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Youtube Banned In Russia: For How Long?

Posted on 03 August 2010 by author

A Russian court located in the far eastern city of Komsomolsk-on-Amur, Russia had ordered the Russian ISP Rosnet to block access to 5 websites including YouTube. This ruling which is applicable to Khabarovsk region only was made because apparently You Tube hosted a video entitled “Russia for Russians” which is found by many as an extremist video.

“Russia for Russians” is apparently a slogan of hatred against a multi-ethnic society in Russia. This video was added to the justice ministry’s federal list of banned extremist materials in a separate court decision made in Samara Region back in November.

Aside from the much popular YouTube website, Rosnet was also ordered to block three other online libraries that were found to have hosted some writing about Adolf Hitler, as well as Webarchive.org which is a website that archives deleted web pages.

This is actually not the first time that websites like these have been banned. Countries like Brazil, China, Iran, Morocco, Thailand, Turkey and Saudi Arabia were among the few countries which also blocked access to websites such as YouTube because of its videos that show untoward incidents such as police brutality, protests made against leaders of the government and other scandals which are immoral or sexual in nature that these countries would not want their citizens to see.

However, Aleksandr Ermakov, owner of Russian ISP Rosnett, is very much affected with this court decision. He stated that even if they did not violate a certain Russian Law; they were still forced to close down these websites to prevent users from watching those videos. Rosnet tried their best to fight the ban by forwarding several solutions such as ways of filtering illegal extremist videos without the need of blocking the whole website itself but the Russian Court did not accept and just dismissed their suggestions.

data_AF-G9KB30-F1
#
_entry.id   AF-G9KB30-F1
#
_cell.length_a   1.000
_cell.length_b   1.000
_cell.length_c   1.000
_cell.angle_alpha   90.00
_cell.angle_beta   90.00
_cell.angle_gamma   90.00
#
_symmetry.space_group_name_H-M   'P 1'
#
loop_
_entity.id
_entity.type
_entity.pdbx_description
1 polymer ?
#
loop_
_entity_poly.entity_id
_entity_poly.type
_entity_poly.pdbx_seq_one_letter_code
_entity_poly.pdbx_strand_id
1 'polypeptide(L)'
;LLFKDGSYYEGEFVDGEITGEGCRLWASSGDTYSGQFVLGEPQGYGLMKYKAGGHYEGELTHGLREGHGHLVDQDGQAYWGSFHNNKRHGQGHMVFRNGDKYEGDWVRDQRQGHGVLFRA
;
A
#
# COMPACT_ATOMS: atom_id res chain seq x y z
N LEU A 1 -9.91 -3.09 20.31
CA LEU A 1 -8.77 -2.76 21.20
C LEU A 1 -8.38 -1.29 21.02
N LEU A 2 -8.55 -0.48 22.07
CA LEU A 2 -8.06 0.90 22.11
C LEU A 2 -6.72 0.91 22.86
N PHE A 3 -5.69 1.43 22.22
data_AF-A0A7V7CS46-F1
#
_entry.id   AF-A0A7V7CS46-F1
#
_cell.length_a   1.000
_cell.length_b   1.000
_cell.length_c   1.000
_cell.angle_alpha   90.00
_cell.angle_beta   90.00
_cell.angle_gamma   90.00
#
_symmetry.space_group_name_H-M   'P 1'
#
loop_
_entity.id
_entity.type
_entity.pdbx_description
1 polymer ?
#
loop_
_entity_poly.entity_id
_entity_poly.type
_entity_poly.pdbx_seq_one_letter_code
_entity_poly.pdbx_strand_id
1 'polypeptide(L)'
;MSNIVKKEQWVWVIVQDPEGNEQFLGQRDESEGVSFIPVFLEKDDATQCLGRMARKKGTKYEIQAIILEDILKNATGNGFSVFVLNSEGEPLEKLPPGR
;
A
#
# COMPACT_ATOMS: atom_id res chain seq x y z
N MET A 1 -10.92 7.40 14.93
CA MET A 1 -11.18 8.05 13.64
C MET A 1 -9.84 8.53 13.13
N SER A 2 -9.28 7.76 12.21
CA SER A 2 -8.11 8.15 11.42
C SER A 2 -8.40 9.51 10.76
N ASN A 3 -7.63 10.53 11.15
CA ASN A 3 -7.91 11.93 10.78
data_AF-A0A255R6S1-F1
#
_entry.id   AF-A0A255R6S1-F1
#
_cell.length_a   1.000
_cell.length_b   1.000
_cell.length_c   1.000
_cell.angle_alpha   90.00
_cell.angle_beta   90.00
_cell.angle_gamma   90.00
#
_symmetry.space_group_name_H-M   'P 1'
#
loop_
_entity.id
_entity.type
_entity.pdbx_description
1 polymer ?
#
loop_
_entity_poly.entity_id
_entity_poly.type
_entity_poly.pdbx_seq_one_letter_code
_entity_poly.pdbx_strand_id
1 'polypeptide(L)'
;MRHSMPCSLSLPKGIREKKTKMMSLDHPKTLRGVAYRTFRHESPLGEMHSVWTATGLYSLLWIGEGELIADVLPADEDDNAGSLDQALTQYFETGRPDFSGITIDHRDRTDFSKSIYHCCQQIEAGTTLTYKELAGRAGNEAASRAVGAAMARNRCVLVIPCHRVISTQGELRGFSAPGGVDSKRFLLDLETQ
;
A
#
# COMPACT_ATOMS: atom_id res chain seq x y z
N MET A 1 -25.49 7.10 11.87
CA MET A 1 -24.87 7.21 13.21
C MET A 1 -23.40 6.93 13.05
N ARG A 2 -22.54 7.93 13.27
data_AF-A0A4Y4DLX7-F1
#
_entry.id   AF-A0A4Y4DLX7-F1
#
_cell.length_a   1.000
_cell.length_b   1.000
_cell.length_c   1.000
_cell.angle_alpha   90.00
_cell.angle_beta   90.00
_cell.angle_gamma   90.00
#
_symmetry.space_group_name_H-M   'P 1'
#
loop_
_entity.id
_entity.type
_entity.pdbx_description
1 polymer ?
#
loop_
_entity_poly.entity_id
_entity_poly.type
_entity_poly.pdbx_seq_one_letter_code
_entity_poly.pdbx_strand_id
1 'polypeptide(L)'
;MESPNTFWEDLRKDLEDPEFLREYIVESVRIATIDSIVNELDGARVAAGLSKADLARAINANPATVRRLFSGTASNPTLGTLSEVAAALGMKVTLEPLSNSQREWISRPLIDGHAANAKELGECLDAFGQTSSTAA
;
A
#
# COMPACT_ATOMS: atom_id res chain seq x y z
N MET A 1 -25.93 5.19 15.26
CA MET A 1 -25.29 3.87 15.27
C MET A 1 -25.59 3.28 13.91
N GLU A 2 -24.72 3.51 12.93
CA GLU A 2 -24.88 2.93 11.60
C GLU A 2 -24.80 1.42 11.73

Google, the owner of YouTube, finds this court decision to block access to the whole YouTube site to be a violation against the freedom of information of the Russian citizens as stated in Russia’s constitution. A lot of bloggers have also been expressing their opinions and condemn this ban made against these websites.

Some believed that instead of imposing the ban on YouTube, it may better to just contact these websites directly and request them to just remove those extremist and offensive materials from their site instead of blocking the whole site.

It looks like a better idea than a total ban against the website since YouTube has a lot of videos to offer other than those extremist videos this Russian Court has been referring to. It seems that the Russian courts must have gone too far just to protect their ethnic diversity with this court decision.



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2 Comments

  1. Manuel (Reply) Posted on August 6th, 2010 at 6:54 pm

    Russia still has some issues with information liberty.

     
  2. Vlad (Reply) Posted on March 29th, 2013 at 6:21 am

    YouTube was never banned in Khabarovsk region. I now it because I live in Komsomolsk-on-Amur.

     

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